College students come from all over and have different experiences, but there is one thing that unites virtually each and every one of them: student debt. As one of the leading stressors for college students, these financial burdens are constant sources of anxiety.
Recent studies conducted by CBS have shown that the cumulative national student debt recently climbed to a record amount of $1.5 trillion. With that much money, you could literally buy the entirety of Apple Inc. and still have a healthy half trillion just sitting around.
This absurd amount of money affects most of us. According to Gannon’s Financial Aid Office, 74% of Gannon graduates possess some form of loans to pay after college. So how are Gannon students responding?
The answer is simple and common: stress. Students are already dealing with a lot on their plates and adding intense amounts of debt on top of that creates a myriad of problems that no one person can handle.
“It just adds a whole other stressor on top of the college experience,” said Alex Whittaker, a junior biology major. “It changes the things I can do in college by making me worry about what I have to pay after college.”
This immensity of worrying preys on some students harder than others, causing long-term anxiety. This can be detrimental to a person’s day-to-day feelings.
“Debt, of any kind, that seems impossible to get out of leads to feelings of hopelessness, inadequacy, worthlessness, anger . . .” said Virginia Leutz, a practicing behavioral support specialist from Pittsburgh. “These negative feelings can intensify and be difficult to manage as long as the person is forced to stay in debt.”
The continued pressure put on individuals to deal with these monetary concerns only worsens the situation. Slowly wearing on an individual’s morale, debt causes the downfall of productivity and mental well-being.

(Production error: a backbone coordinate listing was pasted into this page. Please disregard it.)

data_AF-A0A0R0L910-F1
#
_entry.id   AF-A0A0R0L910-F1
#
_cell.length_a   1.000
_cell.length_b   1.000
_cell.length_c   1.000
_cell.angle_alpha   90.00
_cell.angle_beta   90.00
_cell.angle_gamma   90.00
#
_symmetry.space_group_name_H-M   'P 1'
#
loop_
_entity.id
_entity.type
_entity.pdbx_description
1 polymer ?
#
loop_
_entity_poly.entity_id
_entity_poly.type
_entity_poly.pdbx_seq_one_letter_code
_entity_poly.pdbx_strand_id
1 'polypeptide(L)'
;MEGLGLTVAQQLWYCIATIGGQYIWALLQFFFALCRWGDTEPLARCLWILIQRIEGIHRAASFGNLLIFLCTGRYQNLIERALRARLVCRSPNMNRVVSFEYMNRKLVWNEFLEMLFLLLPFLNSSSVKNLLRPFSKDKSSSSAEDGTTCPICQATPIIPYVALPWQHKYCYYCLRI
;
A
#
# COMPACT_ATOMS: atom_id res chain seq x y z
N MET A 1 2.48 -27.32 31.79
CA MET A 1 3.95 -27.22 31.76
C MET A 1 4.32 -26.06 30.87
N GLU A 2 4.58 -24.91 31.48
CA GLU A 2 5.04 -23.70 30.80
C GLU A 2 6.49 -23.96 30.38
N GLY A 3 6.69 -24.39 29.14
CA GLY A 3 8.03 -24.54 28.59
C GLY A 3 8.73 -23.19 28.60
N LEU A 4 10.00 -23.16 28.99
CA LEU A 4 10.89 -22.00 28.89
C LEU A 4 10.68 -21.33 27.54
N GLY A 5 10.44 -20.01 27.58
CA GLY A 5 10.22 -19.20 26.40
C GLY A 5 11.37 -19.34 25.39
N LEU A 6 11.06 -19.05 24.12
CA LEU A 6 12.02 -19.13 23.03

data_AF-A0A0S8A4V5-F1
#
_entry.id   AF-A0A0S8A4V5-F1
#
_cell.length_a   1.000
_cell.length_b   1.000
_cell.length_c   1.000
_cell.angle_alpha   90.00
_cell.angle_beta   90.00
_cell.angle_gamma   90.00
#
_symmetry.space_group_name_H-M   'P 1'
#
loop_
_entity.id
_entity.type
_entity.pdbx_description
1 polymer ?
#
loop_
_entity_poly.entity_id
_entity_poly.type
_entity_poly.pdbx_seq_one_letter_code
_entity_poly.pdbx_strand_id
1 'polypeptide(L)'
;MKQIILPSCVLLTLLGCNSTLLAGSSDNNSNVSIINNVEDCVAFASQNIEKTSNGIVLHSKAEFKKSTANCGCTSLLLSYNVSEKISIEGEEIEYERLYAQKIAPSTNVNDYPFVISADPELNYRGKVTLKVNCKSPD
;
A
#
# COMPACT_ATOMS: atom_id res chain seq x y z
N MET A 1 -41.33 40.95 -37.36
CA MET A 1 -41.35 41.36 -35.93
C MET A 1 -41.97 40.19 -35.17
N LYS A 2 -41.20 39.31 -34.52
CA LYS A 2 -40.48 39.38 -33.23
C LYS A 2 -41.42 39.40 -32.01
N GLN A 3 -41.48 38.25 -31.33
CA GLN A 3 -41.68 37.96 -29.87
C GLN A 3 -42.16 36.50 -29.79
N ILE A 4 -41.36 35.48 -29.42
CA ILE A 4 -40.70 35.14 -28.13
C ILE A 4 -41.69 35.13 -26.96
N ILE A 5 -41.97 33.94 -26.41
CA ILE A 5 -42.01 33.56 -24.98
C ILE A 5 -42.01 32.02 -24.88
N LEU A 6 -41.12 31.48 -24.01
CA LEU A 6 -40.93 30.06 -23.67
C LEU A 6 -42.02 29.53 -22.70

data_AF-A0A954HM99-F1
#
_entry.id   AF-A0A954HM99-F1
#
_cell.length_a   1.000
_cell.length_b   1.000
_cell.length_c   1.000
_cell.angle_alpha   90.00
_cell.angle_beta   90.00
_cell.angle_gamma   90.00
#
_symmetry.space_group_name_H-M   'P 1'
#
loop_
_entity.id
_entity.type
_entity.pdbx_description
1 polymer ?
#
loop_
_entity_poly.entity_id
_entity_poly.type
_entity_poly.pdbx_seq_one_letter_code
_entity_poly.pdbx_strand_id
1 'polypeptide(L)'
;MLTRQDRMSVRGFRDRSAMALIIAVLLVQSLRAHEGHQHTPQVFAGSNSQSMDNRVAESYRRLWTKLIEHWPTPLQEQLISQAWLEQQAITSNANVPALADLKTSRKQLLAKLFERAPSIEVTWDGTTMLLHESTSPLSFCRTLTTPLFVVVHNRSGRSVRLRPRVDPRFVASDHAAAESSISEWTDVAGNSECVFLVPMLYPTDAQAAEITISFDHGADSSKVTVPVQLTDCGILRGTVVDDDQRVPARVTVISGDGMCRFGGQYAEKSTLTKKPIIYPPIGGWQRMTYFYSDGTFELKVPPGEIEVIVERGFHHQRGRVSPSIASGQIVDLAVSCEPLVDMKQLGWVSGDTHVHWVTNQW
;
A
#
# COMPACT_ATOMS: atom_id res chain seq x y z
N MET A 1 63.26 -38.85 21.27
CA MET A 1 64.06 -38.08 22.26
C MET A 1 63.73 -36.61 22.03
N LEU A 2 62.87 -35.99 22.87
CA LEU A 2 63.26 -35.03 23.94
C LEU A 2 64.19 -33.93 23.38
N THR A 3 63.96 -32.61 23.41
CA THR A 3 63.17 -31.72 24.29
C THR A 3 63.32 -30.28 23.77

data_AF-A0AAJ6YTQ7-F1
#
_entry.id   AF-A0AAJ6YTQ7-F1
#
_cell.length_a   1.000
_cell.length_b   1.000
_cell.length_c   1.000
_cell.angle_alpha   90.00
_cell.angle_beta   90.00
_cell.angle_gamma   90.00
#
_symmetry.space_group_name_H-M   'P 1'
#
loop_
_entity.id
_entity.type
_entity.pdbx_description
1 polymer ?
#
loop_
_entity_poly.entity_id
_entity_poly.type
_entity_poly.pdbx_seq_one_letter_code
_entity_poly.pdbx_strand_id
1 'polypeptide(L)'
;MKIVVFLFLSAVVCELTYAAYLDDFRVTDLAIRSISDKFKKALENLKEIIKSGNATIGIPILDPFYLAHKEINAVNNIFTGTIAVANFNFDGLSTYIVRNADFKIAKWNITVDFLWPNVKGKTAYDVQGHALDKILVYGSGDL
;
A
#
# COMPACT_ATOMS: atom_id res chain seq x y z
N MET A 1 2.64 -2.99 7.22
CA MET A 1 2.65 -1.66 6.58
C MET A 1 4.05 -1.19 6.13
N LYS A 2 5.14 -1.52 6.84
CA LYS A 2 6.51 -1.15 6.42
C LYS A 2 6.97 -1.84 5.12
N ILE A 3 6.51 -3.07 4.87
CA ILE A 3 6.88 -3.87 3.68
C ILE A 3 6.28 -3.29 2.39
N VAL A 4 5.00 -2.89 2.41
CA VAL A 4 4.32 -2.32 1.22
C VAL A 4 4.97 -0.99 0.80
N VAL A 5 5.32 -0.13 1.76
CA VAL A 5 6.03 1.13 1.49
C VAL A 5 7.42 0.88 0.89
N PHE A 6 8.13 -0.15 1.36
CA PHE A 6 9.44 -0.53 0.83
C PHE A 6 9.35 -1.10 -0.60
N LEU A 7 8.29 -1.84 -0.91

“The long-term stress associated with financial issues can make mental health extremely worse,” said Kaylee Luchansky, a freshwater and marine biology major and president of the Active Minds Club.
Fortunately, it is not all dark days and eternal debt. People have found healthy ways to deal with this stress, like effective budgeting and proper use of resources.
“It’s important for students to live like they’re students,” said Sharon Krahe, Gannon’s director of Financial Aid. Students should “only borrow what they absolutely have to in order to pay off their direct expenses,” Krahe said.
Support services are also available for people feeling overwhelmed by their student debt. Utilizing these resources and being willing to ask for help are huge steps toward improvement.
“Therapy may be necessary to help a person learn how to cope with stress and manage their negative thoughts,” Leutz said.
By learning to deal with debt and the stress associated, students can learn to identify the source of their problems and start working to fix them. At Gannon, the Counseling Center is available to students feeling overwhelmed by stress, not only providing individual assessment and therapy services, but also giving the opportunity for group counseling.
Gannon also offers competitive scholarship programs, need-based financial aid and individualized payment plans.
In the end, student debt is a necessary evil, and working toward/paying for your degree can only be beneficial to you.
“Over the course of a lifetime, someone who has a baccalaureate degree is going to earn over one million dollars more than somebody that just has a high school diploma,” said Bill Edmondson, Gannon’s vice president for enrollment. “Thinking about student debt as an investment rather than an expense is probably the best decision a person can make.”